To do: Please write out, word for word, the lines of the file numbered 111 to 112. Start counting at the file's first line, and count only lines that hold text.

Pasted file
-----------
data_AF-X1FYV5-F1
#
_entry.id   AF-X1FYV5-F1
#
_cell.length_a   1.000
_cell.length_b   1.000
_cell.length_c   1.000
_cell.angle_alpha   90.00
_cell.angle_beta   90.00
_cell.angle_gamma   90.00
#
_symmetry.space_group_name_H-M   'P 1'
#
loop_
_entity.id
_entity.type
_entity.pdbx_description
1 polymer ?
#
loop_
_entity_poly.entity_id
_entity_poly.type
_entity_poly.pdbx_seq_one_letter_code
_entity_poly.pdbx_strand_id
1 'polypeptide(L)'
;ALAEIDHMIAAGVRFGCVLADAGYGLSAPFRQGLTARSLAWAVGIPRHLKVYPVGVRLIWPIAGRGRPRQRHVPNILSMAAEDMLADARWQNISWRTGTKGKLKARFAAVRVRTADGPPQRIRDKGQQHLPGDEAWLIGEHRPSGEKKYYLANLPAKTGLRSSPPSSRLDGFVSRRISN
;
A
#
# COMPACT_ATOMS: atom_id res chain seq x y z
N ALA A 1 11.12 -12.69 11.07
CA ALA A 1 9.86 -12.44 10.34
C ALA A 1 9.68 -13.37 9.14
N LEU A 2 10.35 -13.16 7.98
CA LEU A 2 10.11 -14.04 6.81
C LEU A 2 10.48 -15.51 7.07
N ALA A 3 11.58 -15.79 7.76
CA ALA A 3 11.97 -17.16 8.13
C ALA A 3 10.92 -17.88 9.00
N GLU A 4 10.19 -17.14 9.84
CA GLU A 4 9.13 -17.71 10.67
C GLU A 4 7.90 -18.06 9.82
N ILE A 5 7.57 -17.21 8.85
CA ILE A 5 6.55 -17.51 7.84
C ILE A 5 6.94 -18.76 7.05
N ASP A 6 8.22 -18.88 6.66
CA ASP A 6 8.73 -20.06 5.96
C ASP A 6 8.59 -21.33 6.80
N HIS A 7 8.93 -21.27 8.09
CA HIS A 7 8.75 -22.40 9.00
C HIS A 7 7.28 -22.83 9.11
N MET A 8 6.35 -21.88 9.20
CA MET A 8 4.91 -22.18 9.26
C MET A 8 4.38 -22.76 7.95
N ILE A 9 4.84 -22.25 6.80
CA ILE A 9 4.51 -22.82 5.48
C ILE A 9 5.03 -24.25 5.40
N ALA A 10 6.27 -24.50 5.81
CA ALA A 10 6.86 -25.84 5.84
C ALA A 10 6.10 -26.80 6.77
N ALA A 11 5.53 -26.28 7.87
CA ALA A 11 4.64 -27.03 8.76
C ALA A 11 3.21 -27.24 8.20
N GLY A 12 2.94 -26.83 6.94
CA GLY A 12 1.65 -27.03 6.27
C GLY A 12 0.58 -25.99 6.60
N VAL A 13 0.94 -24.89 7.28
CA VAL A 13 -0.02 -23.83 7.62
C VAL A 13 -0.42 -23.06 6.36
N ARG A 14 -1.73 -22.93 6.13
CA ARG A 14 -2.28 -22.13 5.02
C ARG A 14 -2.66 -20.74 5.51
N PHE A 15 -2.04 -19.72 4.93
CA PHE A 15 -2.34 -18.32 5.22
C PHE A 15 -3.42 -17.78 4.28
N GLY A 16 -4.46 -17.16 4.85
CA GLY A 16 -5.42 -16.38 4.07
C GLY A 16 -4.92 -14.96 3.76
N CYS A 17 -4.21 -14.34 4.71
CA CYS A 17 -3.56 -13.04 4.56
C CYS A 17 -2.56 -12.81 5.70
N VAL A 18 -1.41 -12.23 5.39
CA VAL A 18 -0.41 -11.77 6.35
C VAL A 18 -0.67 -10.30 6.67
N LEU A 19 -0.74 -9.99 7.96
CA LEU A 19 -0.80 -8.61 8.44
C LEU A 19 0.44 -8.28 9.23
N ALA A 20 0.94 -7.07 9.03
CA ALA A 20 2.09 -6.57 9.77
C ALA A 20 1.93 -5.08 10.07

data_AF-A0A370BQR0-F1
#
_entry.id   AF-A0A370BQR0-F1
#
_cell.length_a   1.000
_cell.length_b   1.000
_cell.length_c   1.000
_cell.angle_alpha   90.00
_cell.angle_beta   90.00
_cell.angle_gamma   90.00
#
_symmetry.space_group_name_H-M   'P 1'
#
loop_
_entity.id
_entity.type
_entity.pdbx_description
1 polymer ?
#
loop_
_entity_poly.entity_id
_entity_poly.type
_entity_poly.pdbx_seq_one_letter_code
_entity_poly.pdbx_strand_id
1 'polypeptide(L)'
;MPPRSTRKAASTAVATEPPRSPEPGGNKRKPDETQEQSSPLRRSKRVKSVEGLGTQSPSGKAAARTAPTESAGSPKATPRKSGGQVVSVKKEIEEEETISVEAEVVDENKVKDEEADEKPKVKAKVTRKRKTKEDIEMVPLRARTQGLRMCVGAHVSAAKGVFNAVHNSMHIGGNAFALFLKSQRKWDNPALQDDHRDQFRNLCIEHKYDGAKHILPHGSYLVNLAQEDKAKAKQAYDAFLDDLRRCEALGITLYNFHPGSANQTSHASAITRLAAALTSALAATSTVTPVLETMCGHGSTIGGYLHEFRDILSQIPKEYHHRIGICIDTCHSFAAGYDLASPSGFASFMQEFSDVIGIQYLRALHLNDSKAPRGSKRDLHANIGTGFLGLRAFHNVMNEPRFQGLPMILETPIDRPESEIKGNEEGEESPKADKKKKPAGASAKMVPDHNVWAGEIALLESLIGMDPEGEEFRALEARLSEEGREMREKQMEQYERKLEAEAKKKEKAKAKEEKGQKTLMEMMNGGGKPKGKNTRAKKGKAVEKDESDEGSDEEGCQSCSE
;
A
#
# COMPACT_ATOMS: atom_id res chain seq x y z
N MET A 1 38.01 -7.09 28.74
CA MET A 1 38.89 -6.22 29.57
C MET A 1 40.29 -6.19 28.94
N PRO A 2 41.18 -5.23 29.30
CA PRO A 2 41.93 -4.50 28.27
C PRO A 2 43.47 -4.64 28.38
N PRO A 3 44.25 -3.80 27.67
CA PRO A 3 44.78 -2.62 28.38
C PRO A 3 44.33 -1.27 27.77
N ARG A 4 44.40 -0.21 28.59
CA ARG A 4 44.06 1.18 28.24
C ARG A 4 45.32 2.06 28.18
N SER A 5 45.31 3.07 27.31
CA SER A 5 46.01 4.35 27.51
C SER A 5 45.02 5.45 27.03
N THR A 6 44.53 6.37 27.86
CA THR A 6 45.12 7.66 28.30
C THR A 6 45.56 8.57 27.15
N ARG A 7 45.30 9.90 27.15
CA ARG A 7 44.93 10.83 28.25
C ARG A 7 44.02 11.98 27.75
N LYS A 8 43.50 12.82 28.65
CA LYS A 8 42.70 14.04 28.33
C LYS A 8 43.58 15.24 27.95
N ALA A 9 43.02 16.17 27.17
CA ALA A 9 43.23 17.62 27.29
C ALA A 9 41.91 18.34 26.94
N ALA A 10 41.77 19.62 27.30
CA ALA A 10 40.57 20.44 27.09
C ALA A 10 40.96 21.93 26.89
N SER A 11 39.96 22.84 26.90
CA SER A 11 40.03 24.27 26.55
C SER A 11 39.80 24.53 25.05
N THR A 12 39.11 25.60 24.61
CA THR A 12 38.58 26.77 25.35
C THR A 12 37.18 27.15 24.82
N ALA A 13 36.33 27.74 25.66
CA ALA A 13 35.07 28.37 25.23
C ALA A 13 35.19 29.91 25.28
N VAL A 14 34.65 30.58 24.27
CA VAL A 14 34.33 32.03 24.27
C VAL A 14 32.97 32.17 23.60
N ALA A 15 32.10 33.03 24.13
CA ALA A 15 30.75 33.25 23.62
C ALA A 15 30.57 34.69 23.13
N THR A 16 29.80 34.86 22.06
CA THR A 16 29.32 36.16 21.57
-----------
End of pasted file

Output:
_entity_poly.entity_id
_entity_poly.type